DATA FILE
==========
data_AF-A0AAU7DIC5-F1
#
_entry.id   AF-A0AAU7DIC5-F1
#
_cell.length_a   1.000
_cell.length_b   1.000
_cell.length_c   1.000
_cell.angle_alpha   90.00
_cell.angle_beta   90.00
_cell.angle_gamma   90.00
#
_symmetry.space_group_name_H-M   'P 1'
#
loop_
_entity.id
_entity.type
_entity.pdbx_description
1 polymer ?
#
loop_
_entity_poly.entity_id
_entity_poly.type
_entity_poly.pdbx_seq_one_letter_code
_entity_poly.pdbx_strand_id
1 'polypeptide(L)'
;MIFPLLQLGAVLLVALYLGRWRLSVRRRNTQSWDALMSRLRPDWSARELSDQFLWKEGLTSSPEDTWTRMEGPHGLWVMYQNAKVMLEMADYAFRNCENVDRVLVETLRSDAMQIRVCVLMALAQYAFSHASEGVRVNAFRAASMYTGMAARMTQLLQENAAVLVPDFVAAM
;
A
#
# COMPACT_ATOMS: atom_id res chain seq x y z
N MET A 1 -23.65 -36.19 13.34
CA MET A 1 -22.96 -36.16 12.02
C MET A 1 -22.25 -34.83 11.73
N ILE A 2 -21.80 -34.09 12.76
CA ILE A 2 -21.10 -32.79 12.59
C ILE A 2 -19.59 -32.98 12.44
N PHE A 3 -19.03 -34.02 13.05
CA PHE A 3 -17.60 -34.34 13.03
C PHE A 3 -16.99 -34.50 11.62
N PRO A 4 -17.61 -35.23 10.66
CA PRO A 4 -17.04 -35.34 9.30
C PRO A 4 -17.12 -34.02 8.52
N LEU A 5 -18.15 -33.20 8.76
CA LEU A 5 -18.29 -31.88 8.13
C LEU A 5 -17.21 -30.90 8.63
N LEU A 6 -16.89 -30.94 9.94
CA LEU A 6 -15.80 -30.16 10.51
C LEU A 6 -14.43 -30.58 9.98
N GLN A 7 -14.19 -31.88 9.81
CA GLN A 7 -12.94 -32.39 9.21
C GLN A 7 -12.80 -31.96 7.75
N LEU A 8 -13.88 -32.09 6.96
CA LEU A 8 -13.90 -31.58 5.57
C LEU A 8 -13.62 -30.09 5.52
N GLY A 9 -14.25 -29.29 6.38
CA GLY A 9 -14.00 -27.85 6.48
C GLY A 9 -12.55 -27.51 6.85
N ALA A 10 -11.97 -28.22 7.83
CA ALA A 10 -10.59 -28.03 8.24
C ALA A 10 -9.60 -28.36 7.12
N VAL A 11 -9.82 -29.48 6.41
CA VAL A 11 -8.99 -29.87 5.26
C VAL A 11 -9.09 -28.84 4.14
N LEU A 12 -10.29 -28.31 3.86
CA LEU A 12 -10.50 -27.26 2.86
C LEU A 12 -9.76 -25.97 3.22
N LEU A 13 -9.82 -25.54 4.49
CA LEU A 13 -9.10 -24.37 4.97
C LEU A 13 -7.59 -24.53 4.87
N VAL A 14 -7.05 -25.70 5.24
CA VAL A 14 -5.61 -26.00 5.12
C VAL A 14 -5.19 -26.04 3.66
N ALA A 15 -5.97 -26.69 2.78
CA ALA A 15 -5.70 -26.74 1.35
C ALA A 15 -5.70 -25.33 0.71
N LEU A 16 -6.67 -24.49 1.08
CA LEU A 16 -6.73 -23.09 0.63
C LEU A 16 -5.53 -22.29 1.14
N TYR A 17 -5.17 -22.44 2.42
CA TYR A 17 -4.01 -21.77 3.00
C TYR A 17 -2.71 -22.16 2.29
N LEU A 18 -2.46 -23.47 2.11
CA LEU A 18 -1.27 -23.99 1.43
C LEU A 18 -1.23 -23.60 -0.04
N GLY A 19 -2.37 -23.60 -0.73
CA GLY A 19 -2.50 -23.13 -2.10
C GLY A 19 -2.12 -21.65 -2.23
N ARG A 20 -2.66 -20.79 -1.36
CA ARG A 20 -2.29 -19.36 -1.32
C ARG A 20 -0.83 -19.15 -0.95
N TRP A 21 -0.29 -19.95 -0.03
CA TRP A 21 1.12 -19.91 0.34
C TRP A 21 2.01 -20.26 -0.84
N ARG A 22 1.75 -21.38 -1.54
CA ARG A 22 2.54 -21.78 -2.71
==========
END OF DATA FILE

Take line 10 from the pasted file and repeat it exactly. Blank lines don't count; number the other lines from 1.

_cell.angle_gamma   90.00